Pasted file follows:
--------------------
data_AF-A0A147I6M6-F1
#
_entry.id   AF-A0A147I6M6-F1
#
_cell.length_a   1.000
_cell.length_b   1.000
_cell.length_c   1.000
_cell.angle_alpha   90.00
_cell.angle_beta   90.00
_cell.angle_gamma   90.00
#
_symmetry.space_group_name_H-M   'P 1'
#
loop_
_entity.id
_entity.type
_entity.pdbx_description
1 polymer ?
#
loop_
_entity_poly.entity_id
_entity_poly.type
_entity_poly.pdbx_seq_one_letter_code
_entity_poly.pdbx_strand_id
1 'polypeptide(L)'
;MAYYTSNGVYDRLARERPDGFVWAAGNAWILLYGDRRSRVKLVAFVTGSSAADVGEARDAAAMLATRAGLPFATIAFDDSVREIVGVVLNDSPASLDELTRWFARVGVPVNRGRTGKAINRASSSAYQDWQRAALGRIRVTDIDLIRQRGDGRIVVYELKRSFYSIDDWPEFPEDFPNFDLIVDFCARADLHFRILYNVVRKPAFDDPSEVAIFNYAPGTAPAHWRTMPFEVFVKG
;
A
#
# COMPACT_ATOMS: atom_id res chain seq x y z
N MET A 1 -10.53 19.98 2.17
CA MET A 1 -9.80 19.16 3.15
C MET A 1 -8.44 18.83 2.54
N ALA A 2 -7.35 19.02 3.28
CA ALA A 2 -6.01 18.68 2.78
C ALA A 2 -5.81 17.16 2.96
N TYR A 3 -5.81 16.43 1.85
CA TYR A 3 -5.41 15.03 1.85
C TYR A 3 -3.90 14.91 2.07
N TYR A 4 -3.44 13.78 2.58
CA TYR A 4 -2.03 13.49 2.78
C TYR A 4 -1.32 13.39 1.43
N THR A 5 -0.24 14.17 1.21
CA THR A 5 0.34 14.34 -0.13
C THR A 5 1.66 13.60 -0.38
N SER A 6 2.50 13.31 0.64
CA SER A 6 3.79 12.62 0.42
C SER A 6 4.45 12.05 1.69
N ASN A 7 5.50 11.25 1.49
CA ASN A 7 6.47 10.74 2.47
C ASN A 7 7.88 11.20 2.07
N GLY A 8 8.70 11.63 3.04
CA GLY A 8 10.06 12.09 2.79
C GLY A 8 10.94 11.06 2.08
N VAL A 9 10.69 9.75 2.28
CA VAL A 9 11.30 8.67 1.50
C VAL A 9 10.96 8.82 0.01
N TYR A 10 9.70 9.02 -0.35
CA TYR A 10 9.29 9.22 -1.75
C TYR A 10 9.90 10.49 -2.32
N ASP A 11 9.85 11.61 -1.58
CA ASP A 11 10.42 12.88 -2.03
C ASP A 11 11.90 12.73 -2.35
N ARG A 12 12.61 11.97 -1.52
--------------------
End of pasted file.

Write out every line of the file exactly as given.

data_AF-A0A147I6M6-F1
#
_entry.id   AF-A0A147I6M6-F1
#
_cell.length_a   1.000
_cell.length_b   1.000
_cell.length_c   1.000
_cell.angle_alpha   90.00
_cell.angle_beta   90.00
_cell.angle_gamma   90.00
#
_symmetry.space_group_name_H-M   'P 1'
#
loop_
_entity.id
_entity.type
_entity.pdbx_description
1 polymer ?
#
loop_
_entity_poly.entity_id
_entity_poly.type
_entity_poly.pdbx_seq_one_letter_code
_entity_poly.pdbx_strand_id
1 'polypeptide(L)'
;MAYYTSNGVYDRLARERPDGFVWAAGNAWILLYGDRRSRVKLVAFVTGSSAADVGEARDAAAMLATRAGLPFATIAFDDSVREIVGVVLNDSPASLDELTRWFARVGVPVNRGRTGKAINRASSSAYQDWQRAALGRIRVTDIDLIRQRGDGRIVVYELKRSFYSIDDWPEFPEDFPNFDLIVDFCARADLHFRILYNVVRKPAFDDPSEVAIFNYAPGTAPAHWRTMPFEVFVKG
;
A
#
# COMPACT_ATOMS: atom_id res chain seq x y z
N MET A 1 -10.53 19.98 2.17
CA MET A 1 -9.80 19.16 3.15
C MET A 1 -8.44 18.83 2.54
N ALA A 2 -7.35 19.02 3.28
CA ALA A 2 -6.01 18.68 2.78
C ALA A 2 -5.81 17.16 2.96
N TYR A 3 -5.81 16.43 1.85
CA TYR A 3 -5.41 15.03 1.85
C TYR A 3 -3.90 14.91 2.07
N TYR A 4 -3.44 13.78 2.58
CA TYR A 4 -2.03 13.49 2.78
C TYR A 4 -1.32 13.39 1.43
N THR A 5 -0.24 14.17 1.21
CA THR A 5 0.34 14.34 -0.13
C THR A 5 1.66 13.60 -0.38
N SER A 6 2.50 13.31 0.64
CA SER A 6 3.79 12.62 0.42
C SER A 6 4.45 12.05 1.69
N ASN A 7 5.50 11.25 1.49
CA ASN A 7 6.47 10.74 2.47
C ASN A 7 7.88 11.20 2.07
N GLY A 8 8.70 11.63 3.04
CA GLY A 8 10.06 12.09 2.79
C GLY A 8 10.94 11.06 2.08
N VAL A 9 10.69 9.75 2.28
CA VAL A 9 11.30 8.67 1.50
C VAL A 9 10.96 8.82 0.01
N TYR A 10 9.70 9.02 -0.35
CA TYR A 10 9.29 9.22 -1.75
C TYR A 10 9.90 10.49 -2.32
N ASP A 11 9.85 11.61 -1.58
CA ASP A 11 10.42 12.88 -2.03
C ASP A 11 11.90 12.73 -2.35
N ARG A 12 12.61 11.97 -1.52